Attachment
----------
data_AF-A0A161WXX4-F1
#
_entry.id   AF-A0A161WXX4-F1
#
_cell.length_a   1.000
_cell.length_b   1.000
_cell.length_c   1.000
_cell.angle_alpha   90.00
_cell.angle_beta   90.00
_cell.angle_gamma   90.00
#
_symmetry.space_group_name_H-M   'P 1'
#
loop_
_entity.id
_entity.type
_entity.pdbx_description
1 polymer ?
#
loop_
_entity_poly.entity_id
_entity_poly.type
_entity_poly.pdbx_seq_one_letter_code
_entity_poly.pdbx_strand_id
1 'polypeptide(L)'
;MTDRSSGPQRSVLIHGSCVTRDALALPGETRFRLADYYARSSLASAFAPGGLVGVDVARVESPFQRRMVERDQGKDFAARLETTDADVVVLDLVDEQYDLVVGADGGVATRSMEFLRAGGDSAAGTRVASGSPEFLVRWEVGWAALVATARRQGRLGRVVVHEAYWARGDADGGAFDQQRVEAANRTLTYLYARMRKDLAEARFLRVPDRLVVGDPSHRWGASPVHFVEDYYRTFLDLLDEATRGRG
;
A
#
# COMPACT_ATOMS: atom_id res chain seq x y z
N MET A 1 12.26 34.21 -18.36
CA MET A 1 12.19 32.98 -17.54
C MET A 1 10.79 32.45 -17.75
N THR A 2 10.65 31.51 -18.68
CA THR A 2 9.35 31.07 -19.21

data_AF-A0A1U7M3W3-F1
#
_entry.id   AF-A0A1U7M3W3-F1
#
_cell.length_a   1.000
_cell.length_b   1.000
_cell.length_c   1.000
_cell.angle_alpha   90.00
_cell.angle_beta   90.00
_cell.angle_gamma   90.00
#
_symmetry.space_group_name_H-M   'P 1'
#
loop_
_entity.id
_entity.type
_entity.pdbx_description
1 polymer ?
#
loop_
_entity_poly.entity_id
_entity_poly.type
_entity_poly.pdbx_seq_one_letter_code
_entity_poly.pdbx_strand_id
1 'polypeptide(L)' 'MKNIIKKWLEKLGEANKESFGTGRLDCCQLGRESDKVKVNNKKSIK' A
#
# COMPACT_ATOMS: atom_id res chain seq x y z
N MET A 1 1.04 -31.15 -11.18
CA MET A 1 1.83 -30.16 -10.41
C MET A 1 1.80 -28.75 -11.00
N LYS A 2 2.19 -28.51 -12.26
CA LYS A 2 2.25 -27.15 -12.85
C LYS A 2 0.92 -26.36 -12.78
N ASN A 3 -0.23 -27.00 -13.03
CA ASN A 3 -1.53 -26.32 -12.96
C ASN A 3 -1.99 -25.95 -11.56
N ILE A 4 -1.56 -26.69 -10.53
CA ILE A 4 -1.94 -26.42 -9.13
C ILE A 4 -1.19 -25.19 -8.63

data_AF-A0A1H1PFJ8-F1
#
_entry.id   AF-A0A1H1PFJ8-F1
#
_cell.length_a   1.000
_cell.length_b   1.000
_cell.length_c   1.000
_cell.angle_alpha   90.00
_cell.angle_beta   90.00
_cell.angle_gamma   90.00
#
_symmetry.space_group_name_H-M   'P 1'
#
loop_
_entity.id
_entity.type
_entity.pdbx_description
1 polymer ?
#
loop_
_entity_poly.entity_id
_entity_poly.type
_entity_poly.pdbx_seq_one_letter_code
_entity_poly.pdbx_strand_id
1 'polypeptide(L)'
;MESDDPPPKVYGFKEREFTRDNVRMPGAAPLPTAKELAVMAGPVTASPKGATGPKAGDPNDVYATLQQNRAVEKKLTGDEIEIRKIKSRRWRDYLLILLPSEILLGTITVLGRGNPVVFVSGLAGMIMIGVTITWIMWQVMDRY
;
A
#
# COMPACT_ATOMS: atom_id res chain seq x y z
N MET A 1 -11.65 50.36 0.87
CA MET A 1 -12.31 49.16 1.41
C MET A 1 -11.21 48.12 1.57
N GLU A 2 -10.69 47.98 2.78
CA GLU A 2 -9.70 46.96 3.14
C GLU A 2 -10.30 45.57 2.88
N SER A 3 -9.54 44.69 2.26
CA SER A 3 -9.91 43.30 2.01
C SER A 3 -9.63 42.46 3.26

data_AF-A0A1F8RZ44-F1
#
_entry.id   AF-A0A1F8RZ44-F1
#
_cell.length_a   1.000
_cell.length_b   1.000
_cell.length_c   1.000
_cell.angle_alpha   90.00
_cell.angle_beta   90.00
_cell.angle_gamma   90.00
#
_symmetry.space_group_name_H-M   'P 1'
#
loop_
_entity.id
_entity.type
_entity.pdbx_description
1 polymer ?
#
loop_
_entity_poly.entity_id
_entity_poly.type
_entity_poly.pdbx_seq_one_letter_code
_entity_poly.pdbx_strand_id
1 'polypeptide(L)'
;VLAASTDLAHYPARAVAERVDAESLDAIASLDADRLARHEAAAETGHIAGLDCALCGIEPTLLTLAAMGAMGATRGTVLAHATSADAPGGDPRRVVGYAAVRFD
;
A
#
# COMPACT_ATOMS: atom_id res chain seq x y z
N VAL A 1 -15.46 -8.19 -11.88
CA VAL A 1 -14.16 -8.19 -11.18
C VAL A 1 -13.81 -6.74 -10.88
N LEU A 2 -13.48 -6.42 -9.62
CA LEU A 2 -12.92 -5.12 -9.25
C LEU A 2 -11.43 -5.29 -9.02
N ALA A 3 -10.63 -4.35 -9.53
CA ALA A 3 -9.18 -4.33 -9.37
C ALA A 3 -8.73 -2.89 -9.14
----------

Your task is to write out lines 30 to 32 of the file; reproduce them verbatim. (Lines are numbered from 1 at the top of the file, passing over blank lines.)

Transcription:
# COMPACT_ATOMS: atom_id res chain seq x y z
N MET A 1 12.26 34.21 -18.36
CA MET A 1 12.19 32.98 -17.54